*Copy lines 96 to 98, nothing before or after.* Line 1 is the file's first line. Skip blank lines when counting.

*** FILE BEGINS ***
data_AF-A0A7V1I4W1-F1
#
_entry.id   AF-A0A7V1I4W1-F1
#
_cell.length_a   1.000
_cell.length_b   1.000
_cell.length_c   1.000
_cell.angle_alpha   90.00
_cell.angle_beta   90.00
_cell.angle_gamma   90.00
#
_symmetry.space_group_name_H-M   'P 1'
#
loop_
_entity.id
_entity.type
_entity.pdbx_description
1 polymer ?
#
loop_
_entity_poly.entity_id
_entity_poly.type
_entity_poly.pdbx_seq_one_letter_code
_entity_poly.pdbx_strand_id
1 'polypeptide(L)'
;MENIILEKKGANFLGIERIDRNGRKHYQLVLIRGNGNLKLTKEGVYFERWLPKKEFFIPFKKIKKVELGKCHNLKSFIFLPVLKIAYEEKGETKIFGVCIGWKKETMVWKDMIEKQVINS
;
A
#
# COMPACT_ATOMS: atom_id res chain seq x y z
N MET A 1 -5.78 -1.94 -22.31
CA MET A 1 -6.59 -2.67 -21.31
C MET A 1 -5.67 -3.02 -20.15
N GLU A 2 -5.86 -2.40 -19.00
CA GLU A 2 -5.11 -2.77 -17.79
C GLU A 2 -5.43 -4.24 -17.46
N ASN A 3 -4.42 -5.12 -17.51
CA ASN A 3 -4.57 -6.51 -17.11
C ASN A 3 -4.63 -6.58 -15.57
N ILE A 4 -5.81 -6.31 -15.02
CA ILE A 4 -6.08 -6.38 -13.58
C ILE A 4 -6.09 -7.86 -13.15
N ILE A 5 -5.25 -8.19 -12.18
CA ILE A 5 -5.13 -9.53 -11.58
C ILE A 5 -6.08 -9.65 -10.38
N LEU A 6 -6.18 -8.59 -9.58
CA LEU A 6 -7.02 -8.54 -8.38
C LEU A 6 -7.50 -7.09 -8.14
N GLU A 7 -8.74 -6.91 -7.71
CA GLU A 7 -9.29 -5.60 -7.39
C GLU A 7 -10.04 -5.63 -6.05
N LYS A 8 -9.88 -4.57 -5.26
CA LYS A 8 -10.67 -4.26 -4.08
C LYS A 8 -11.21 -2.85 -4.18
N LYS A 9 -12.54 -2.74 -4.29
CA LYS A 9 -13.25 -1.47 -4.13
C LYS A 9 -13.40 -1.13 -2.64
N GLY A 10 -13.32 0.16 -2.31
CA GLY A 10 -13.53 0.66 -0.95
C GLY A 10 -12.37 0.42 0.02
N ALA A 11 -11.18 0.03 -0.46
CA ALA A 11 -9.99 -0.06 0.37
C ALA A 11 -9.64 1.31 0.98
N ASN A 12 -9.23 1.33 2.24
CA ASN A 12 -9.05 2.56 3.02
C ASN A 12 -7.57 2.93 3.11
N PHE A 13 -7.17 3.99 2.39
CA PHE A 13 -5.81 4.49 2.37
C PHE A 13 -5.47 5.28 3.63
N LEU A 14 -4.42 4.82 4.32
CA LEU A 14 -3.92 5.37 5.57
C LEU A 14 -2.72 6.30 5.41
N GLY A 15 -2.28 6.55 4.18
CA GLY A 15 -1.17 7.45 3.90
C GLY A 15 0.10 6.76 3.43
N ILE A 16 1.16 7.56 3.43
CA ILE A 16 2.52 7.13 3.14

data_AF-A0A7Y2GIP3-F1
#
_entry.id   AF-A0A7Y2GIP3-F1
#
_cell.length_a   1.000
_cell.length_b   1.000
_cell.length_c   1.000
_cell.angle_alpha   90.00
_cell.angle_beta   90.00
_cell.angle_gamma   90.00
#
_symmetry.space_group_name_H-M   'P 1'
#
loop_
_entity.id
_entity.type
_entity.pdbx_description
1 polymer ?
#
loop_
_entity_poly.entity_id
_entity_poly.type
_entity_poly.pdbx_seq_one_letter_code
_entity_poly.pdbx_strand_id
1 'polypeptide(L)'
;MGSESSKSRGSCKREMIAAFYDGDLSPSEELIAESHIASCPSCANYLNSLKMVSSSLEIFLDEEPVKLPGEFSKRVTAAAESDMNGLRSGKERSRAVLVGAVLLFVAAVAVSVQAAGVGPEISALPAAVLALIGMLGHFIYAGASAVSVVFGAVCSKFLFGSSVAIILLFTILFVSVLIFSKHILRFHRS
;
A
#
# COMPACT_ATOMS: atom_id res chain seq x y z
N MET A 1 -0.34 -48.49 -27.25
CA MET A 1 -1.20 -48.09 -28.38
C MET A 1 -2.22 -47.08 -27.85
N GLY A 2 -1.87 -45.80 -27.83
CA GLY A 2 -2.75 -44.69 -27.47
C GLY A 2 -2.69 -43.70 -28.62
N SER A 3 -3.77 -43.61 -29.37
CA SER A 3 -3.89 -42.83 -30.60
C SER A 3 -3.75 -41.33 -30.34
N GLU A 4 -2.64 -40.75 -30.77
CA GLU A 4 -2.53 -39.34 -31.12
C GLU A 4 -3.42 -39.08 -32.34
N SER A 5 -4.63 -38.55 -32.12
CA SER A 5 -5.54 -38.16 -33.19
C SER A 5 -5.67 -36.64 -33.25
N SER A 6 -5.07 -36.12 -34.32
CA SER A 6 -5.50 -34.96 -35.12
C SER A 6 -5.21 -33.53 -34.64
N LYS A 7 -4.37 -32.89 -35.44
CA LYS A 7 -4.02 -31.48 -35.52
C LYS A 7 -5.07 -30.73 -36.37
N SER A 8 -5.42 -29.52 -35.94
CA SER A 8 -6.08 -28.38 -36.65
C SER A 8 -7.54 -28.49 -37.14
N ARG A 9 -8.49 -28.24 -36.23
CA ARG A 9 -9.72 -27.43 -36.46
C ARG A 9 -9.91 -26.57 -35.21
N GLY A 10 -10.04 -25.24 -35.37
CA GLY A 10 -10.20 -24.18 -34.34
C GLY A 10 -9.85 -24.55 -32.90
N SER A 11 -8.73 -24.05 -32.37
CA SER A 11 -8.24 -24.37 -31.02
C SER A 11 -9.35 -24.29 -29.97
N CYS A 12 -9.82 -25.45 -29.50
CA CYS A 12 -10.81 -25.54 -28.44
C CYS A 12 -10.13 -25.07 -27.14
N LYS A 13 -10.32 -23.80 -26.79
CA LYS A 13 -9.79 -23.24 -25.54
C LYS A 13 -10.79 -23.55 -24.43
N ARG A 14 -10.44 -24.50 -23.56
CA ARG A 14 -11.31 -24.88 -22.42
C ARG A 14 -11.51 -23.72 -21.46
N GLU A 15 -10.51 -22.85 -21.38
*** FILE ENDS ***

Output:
#
loop_
_entity_poly.entity_id